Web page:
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Opium War

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Jeffrey Koala

Revolutionary China

Professor Lu



The Opium War, which began in 1839, pitted two of history's most independently industrious strongholds against each other. It was not only hugely detrimental to China's potential of progress, but was as well equally as unavoidably inevitable. The War also had major consequences to the later relations between China and Britain. The brutal fighting that ensued between the two countries served as the conclusion of several fundamental disparities that transmitted each onto separate, vastly divided platforms of culture, governmental ideals, as well as trade systems.

Trade restrictions placed into effect by the Qing Dynasty made it both inefficient and economically illogical to trade in low-value manufactured goods easily accessible to the Chinese. Quickly, the main products being traded were tea, from China to Great Britain, and silver from Great Britain to China. Britain found in opium the hugely profitable, highly demanded, and easily produced merchandise to market to China's huge, mostly untapped demographic which it had been desperately been seeking. The opium trade which unfolded upon China's population much like a swarm of locusts unto a vast field of grain placed much pressure and anxiety on the shoulders of the Qing rulers. Opium, being a dangerously debilitating drug, held its users in a death-grip of deep addiction that was sullen and depressive; not to mention, deadly.

Such a huge supply of opium being provided so easily and eagerly by foreigners had China's throne and ruling council both furious and nervous that these ties to the outside world would lead to the inner demise of China. Those in charge of China found themselves increasingly "alarmed by the prospect of dealing with a useless and narcotized population dependent on foreign merchants for their "fix"'. They grew ever weary of these always-distrusted outsiders gaining such close access to the inner circles of their much-guarded domain.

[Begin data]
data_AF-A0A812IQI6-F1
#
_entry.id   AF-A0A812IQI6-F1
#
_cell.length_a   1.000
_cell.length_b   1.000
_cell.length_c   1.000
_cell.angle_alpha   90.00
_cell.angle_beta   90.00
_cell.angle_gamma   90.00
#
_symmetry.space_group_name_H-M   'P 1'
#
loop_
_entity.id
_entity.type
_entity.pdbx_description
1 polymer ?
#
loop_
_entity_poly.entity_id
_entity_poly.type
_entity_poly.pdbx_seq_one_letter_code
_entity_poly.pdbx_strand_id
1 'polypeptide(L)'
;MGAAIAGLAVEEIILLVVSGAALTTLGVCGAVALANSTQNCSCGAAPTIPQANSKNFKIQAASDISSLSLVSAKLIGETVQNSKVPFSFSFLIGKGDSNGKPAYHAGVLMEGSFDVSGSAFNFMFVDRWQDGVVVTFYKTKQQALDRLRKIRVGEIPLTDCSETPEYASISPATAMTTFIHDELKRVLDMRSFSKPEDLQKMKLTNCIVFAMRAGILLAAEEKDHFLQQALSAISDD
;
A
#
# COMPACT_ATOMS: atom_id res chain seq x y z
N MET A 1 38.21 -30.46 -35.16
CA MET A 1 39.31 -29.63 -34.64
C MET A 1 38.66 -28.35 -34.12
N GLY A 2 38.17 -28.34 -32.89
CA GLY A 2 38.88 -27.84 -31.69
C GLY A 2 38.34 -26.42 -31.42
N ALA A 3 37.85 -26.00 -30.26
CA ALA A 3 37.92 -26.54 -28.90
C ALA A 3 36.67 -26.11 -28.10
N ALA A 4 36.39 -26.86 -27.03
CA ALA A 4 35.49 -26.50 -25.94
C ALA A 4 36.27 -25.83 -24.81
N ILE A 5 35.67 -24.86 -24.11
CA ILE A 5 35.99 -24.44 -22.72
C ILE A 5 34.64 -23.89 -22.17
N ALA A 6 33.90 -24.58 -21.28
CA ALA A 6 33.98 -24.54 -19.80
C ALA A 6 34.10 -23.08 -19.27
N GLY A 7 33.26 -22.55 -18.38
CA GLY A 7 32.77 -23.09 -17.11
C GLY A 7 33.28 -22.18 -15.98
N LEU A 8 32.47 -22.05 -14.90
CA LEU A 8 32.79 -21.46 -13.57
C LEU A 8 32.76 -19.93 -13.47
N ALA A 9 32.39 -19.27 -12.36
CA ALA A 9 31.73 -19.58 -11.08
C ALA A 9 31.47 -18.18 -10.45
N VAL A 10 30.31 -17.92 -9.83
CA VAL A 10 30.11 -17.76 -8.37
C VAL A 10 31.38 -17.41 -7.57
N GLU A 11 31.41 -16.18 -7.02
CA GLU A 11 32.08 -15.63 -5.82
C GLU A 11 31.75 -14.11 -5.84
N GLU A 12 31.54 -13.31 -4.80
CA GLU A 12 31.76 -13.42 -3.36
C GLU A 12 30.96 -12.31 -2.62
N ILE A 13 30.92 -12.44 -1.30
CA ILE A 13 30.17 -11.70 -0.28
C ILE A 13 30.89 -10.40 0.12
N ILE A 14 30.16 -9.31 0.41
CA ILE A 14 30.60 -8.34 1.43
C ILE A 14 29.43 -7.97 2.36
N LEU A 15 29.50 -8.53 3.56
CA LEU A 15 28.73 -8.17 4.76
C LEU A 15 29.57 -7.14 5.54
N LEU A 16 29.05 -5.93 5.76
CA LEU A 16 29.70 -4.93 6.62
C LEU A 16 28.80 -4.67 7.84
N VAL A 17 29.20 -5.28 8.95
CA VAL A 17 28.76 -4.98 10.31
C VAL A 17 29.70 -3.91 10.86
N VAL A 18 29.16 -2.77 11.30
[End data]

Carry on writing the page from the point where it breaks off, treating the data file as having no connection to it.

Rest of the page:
Qing rulers, such as Zhu Zun, with many in agreement, proposed to further enforce the prohibition of opium being imported into China. Government officials viewed the allowance of opium importation with similarity to a physician's malpractice. This would be "an error which may be compared to that of a physician, who, which treating a mere external disease, should drive it inwards to the heart", he claimed. They noted that, as it was their god-given obligation to shield their country from such evils, they were forced not to neglect the blatant violation of the people by the drug, and hence act in a way to force its extrication.

The government of China- ordained through the noble granting of heaven to oversee, protect, and operate the country- saw it their duty to stagger and thus end foreign opium's reign over those civilians it had been so nobly deemed responsible for. Great Britain, on the other hand, saw it their destiny to obtain economic and military control and influence over all out-laying lands- at whatever the cost. These far differing governmental ideals played a large impact on the future outbreak of the Opium War.

Also playing a role as separator was China's Ð''Middle Kingdom' self-entitled nomenclature and philosophy. They viewed themselves with the wish to isolate and barrier themselves from outside influences, not allowing them to enter into China- as well barring the escape of any of their own prized advancements, inventions, innovations,



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